My problem here is that the benefit stretches just a bit too far. Frewer's claims are potentially possible, but apart from his ship (which is just an unknown quantity) and the distortion, he can't really offer anything to back those claims up. He argues that it's his responsibility to his own time that prevents him from sharing more information with our heroes; much like that squished butterfly (or Homer's single sneeze), a misplaced factoid might alter crucial decisions and send events along an entirely new course. This is reasonable, but you'd think he'd have something to offer to help smooth the way. Maybe an additional piece of shiny future tech or restricted knowledge about, say, Picard's past that only future historians might have access to. Instead, he simply shows up and arrogantly makes his demands.
It's unfortunate, really, because I like Matt Frewer quite a bit, but his tightly-wound style isn't well used here. He's so immediately grating and unpleasant that you know from the start that he's running some kind of con. Which is funny, actually, because you'd think a real con-man would've actually tried to run more under the radar. Obviously in order to pull something like this off, it's necessary to have a certain confidence in your convictions (and Frewer largely maintains his cool until the very end), but this guy goes out of his way to irk people. You can defend this conceptually. After all, in the end, Frewer isn't really a con-man, just as he isn't really from the future; he's actually a failed inventor from the 22nd century who killed the historian the time machine actually belonged to and took his place. So it does make a certain amount of sense that he'd act like an ass. This really isn't his usual line of work.
Really, then, the issue is that everyone on the Enterprise trusts him for as long as they do before finally bringing the hammer down in the final scene. It's irritating to be this far ahead of the heroes for so long, and while it's not like their trusting nature ever puts any of them in any real danger, they still come across as a little too thick for my tastes. Riker wonders if he might be a fraud, but there's never any attempt to restrict his access to the ship or to force him to give more answers beyond the clearly evasive lines he keeps throwing out. Really, all the show needed was to tone down Frewer's attitude a few notches and throw us a bone of evidence that would give his story more credibility. (I realize that since he isn't actually from the future, that bone might be difficult to come up with, but still.) At least then, Picard and the rest wouldn't look quite so naive.
It's a shame, really, because there was stuff here I did like. The B-plot, for instance: After an asteroid hits an unpopulated continent on Penthara IV, creating a giant dust cloud that creates a planet-wide drop in temperature, the Enterprise tries to fix the problem by shoot phasers into the planet's crust and kickstaring a greenhouse effect. This goes badly, and Picard is forced to make a decision. Either he lets the crisis on the planet play out, killing tens of thousands, or else he tries to fix things one more time with the Enterprise, with a solution that will either resolve the problem or kill everything on the planet surface. It's a thrilling storyline, with huge stakes, and it almost feels like it would've been better served as the A-plot. I do like the idea of having these missions play out as the backdrop of some more specific, character-related crisis, but c'mon: This is an entire planet we're talking about.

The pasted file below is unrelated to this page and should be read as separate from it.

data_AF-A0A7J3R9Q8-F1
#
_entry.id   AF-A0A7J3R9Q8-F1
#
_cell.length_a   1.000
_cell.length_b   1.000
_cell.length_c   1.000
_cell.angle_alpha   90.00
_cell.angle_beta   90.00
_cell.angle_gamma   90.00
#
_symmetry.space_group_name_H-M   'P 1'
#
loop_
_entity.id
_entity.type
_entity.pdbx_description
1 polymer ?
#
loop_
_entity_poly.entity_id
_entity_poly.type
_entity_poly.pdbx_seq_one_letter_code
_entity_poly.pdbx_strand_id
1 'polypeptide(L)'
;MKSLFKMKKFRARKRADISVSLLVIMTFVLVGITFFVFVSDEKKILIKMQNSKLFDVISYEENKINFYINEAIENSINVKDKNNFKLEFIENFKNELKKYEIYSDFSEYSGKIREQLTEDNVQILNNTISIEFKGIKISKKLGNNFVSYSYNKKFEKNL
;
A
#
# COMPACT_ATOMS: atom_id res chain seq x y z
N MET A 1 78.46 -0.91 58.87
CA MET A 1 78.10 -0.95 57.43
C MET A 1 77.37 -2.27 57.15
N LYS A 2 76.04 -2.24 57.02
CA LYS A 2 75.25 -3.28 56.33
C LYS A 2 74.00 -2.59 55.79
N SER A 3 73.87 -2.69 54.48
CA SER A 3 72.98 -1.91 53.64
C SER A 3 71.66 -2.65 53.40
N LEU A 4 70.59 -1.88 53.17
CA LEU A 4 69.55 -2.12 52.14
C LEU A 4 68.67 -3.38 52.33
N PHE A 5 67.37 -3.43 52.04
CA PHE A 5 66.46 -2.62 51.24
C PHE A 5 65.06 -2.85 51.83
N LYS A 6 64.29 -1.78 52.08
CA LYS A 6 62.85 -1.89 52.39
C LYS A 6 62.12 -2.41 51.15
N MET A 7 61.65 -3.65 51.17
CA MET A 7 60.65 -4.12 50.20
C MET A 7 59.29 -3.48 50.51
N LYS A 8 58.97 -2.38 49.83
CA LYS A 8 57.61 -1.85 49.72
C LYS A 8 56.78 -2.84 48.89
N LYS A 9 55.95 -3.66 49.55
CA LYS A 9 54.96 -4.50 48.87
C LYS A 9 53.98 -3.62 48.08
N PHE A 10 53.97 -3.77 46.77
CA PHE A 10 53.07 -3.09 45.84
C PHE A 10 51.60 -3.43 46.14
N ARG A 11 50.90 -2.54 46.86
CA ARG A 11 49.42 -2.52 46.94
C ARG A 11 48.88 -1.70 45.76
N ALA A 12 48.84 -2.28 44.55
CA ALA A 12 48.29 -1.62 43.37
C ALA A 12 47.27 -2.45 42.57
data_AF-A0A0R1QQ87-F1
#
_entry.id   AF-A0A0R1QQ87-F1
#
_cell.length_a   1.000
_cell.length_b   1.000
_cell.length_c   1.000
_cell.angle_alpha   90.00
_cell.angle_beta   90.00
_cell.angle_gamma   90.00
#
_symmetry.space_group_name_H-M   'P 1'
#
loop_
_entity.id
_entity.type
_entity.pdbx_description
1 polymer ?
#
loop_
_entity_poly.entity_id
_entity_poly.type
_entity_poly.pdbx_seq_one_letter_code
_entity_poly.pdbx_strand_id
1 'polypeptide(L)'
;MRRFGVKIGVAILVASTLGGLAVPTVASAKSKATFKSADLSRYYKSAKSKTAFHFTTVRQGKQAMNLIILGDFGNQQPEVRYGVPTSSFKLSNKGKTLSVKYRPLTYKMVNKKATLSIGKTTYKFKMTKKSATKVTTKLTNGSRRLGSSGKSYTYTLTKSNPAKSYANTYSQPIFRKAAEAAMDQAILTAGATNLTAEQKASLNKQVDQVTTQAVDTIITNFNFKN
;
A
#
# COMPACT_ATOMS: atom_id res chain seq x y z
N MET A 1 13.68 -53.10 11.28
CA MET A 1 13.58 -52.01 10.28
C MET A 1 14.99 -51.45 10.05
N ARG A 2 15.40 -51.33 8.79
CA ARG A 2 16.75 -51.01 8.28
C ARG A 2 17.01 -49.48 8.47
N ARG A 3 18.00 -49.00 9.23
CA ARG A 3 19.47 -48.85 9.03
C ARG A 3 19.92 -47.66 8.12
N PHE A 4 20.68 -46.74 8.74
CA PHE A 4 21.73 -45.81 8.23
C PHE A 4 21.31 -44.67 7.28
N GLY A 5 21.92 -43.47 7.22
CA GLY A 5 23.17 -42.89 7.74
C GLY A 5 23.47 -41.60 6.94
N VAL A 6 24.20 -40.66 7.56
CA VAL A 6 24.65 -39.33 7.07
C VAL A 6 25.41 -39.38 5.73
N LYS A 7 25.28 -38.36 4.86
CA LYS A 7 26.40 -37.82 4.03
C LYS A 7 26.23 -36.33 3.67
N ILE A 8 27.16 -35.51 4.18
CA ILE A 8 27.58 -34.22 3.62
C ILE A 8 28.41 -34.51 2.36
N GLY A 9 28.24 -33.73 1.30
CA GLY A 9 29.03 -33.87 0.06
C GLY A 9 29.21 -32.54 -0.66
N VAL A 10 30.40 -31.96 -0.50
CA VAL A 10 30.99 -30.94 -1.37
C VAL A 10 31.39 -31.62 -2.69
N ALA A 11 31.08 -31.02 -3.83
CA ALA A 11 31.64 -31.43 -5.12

This does lead to one of the episode's better scenes, a scene that, once again, only really works because of the quality of the actors involved. Picard begs Frewer to tell him which choice to make, and Frewer keeps dodging the question. It shouldn't be that engaging, because odds are you've realized by now that Frewer isn't who he says he is, and that the real reason he can't tell Picard what to do is because he simply doesn't know. That makes all of Picard's debate tactics moot, but Patrick Stewart is so good at sincerity and Frewer is so good at responding to that sincerity that it's all pretty enjoyable. And the finale, when Frewer finally explains who he really is to a Data he presumes is at his mercy, is a relief. I suppose it's somewhat hardcore that Picard lets the time machine vanish, trapping Frewer in their present, but really, he killed a guy. Now he's going to get stuck in a cushy Federation prison and talk about the past with scientists, and really, how are they ever going to build a case against him? All the evidence is gone. And it didn't sound like his life in the past… in New Jersey… was all that wonderful to begin with.